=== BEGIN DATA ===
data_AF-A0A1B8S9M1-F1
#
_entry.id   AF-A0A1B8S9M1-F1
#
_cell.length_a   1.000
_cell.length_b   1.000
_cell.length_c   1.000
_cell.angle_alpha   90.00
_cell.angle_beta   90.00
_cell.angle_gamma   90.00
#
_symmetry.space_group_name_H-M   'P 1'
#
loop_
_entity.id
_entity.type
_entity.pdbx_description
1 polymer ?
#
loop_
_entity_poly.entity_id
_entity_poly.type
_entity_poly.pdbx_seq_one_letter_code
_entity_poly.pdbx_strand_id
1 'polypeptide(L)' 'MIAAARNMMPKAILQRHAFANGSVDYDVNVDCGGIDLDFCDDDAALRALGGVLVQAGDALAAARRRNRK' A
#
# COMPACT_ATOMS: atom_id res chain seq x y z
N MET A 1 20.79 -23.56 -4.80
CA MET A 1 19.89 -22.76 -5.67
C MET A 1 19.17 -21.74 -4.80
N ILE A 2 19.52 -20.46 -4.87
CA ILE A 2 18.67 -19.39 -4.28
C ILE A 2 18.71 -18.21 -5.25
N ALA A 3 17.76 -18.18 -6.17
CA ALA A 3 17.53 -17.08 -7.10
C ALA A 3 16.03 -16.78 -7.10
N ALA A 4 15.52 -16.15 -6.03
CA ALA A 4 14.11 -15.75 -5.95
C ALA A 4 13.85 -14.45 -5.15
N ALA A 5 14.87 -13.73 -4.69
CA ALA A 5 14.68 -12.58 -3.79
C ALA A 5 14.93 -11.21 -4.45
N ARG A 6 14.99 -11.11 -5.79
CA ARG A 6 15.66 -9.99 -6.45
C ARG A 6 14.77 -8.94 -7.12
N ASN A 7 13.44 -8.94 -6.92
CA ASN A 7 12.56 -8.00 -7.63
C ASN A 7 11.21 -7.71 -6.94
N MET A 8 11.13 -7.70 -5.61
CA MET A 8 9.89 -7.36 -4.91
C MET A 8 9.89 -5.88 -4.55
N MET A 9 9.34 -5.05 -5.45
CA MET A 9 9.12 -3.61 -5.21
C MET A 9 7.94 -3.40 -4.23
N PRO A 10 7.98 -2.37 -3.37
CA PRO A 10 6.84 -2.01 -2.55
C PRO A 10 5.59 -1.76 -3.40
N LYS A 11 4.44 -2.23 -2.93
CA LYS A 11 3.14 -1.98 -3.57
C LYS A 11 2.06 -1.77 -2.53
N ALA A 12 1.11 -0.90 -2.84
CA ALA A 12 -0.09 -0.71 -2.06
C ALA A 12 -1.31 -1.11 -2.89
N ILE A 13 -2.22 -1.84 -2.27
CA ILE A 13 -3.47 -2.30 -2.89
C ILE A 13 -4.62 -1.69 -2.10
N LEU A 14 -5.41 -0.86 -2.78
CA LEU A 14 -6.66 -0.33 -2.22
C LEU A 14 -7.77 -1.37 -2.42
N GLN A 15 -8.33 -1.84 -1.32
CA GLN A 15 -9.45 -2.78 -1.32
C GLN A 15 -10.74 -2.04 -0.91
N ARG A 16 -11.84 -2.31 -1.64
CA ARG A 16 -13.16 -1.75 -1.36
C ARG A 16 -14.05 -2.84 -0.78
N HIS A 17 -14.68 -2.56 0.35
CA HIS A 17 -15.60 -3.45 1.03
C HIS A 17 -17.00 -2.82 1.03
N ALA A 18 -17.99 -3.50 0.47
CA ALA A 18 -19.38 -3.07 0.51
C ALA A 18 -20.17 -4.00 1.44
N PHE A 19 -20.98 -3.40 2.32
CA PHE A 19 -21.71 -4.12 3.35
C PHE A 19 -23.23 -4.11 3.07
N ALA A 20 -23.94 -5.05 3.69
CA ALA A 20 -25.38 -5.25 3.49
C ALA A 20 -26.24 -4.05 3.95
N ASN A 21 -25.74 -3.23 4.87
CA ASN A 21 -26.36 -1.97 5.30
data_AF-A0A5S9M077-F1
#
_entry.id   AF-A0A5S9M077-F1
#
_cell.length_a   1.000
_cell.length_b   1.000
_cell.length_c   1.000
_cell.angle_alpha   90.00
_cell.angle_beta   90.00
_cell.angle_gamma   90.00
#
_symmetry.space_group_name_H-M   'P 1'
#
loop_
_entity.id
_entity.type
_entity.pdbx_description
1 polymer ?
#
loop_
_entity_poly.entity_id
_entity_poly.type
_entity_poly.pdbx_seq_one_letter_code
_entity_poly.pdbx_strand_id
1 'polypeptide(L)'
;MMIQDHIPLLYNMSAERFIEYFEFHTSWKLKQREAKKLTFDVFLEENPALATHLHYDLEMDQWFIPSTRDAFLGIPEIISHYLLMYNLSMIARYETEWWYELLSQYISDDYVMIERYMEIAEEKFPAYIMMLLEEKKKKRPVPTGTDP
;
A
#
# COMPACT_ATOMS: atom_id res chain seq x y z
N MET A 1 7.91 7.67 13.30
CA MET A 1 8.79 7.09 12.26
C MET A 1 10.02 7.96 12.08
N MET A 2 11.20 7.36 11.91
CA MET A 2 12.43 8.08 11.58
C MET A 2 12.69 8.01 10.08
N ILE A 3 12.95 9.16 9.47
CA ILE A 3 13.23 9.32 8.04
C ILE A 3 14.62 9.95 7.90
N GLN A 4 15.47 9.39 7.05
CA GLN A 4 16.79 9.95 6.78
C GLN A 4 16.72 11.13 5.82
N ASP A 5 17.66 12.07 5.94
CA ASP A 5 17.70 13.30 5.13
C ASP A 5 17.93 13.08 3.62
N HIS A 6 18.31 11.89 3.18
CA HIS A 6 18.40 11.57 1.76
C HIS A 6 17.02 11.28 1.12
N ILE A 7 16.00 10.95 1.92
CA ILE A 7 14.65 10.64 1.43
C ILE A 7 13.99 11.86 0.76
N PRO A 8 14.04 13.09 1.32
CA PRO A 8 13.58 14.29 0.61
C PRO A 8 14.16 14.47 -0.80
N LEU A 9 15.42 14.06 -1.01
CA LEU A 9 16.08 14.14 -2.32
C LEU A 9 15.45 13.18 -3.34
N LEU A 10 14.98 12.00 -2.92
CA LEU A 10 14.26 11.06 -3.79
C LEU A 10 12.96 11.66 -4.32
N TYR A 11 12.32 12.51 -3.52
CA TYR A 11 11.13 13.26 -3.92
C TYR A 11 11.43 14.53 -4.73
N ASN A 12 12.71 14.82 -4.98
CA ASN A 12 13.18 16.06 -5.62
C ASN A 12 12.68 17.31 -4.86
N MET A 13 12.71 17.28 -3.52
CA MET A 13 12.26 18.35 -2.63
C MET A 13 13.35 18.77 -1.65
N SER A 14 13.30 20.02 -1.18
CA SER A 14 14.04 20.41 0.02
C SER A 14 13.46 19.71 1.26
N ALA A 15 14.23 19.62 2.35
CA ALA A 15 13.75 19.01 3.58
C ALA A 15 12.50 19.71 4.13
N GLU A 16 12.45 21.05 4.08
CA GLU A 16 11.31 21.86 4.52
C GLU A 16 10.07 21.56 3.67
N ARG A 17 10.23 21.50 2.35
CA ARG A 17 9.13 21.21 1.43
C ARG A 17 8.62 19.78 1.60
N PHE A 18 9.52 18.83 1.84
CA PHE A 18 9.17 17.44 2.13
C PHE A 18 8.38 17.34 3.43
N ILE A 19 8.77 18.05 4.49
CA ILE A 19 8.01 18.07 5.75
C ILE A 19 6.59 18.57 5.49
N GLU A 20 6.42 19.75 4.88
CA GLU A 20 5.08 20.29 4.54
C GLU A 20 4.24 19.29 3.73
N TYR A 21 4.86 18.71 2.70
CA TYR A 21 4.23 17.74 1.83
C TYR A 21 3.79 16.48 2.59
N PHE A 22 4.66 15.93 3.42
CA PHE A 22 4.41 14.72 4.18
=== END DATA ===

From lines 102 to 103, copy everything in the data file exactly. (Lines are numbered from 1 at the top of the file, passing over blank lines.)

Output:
#
loop_